How presidential elections impact philanthropy

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How presidential elections impact philanthropy

As November 3rd approaches, the nation waits with bated breath for an incredibly long campaign cycle to come to an end. Few wait more expectantly than higher education advancement leaders. With the dueling campaigns gobbling up unprecedented amounts of philanthropic dollars, fundraisers hope for donors’ attention to soon turn back from the national stage to the one on campus.

Yet presidential elections can, in many instances, exert a positive influence on giving overall. They inspire us to donate our time and money to causes we believe in from the local to the federal level. They also serve as an opportunity to assess where we expend those resources when politics stop monopolizing our mindshare.

Advancement leaders can use this opportunity to help both new and existing donors meet their philanthropic goals across the next four years and beyond. Here, we look at donor behavior and stock market activity surrounding presidential elections to better prepare ourselves to serve our donors after November 3rd.

Donor behavior: political giving yields spill-over benefit for higher ed

Through our work with advancement leaders, we often hear fears that political giving will cannibalize nonprofit giving. Surprisingly, the opposite tends to be the case—political donors are often more likely to make additional gifts to nonprofits compared to individuals who don’t give to political campaigns.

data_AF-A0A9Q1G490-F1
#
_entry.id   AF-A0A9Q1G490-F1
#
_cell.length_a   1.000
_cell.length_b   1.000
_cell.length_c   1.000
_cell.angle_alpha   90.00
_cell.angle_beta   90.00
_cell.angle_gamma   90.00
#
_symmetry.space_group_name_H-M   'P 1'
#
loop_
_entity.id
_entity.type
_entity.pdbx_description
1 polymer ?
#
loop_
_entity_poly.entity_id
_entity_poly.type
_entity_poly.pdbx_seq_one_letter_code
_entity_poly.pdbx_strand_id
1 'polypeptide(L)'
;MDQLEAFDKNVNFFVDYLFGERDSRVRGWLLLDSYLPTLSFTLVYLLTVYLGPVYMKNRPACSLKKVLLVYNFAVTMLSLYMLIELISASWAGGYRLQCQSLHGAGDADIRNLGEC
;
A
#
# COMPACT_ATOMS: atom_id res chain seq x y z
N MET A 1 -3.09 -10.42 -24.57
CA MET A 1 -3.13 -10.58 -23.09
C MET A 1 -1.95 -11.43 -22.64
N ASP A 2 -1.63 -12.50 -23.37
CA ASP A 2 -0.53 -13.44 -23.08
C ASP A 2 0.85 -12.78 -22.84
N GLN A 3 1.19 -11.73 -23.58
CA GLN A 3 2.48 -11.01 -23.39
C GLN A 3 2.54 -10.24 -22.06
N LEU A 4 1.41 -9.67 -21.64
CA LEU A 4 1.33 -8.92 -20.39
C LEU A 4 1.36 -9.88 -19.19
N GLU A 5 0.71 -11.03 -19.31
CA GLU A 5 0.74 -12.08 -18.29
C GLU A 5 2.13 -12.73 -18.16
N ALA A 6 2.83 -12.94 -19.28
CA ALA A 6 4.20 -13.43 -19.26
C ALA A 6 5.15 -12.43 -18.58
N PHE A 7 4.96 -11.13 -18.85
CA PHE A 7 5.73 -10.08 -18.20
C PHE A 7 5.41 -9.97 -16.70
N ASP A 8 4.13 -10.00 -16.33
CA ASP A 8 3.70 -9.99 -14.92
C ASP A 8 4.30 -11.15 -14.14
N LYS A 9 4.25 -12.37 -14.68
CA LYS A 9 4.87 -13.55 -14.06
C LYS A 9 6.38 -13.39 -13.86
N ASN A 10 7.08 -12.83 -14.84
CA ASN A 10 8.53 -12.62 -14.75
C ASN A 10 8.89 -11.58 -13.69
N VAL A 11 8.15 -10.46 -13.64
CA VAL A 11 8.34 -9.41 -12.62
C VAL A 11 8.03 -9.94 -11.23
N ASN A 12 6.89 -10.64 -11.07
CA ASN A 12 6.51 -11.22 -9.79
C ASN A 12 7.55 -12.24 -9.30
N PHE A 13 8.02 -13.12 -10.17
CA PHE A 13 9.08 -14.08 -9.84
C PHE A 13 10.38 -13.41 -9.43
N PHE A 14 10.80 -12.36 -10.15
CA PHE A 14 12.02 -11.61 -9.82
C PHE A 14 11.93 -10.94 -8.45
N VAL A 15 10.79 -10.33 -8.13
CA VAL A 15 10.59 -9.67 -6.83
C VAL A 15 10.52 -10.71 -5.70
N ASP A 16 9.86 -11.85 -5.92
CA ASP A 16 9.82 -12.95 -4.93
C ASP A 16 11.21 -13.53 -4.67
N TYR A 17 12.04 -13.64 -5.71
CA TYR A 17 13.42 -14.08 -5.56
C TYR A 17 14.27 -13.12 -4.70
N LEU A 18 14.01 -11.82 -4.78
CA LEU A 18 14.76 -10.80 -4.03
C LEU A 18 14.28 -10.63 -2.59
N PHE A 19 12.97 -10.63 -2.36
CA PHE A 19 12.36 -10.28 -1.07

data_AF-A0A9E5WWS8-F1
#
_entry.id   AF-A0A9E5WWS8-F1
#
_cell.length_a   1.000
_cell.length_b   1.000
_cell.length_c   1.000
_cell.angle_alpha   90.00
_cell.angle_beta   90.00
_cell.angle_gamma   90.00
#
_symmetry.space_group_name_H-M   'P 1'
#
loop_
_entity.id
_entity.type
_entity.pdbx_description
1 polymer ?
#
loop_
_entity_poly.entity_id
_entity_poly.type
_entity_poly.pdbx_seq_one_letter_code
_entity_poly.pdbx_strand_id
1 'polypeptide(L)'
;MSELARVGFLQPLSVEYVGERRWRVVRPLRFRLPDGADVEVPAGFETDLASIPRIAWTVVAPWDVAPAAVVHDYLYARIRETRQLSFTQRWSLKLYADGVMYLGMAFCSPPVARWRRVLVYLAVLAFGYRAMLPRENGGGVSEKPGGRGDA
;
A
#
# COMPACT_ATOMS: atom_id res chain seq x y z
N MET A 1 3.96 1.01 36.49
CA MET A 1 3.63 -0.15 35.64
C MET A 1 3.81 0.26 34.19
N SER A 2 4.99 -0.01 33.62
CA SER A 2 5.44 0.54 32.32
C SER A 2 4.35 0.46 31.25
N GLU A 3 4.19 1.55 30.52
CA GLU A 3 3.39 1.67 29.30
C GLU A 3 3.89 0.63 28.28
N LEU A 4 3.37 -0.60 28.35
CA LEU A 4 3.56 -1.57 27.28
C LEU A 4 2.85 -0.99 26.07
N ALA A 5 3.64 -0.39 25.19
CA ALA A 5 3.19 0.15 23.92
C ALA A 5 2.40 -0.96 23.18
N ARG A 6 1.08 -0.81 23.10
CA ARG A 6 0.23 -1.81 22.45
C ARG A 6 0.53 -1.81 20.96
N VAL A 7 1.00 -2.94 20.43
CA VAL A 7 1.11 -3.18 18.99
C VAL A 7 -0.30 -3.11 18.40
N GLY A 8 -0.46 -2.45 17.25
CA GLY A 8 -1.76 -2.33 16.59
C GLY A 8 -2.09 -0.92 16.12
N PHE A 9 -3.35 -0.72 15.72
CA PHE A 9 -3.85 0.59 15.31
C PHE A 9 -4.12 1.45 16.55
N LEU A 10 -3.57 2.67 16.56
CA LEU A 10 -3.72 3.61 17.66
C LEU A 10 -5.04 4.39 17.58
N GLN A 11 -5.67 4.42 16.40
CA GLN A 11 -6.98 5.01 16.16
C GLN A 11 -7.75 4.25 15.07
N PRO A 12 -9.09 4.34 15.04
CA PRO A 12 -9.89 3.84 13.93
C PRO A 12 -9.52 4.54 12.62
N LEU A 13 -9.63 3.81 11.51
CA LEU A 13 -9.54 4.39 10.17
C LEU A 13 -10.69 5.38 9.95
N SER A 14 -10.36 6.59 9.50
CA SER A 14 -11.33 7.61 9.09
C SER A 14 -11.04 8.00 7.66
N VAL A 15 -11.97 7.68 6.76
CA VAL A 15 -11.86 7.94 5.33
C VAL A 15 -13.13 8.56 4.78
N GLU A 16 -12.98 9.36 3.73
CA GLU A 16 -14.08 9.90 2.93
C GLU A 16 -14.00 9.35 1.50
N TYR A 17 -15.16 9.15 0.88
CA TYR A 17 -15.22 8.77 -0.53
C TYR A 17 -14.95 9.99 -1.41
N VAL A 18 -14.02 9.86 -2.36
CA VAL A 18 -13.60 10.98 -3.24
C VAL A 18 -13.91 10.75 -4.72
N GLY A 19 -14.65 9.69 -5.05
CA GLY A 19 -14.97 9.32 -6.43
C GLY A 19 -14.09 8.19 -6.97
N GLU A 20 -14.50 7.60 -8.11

While data is sparse for the 2016 contest, looking to the previous presidential election, 2012 saw a 0.9% increase in philanthropy from those who made a federal campaign gift during the election cycle, while there was a 2.1% decline in giving from those who did not make a federal campaign gift.

22%

Small-dollar donors have made up 22% of total campaign fundraising in 2020, up from 14% in 2016.
Small-dollar donors have made up 22% of total campaign fundraising in 2020, up from 14% in 2016.

At the bottom of the giving pyramid, many small dollar donors give for the first time or reassess their charitable giving during the election season. Political donors age 25-36 saw the biggest jump in charitable giving the year following the 2012 election—a 10.8% increase—as compared to a 1.1% increase for people who do not give to political campaigns in the same age range.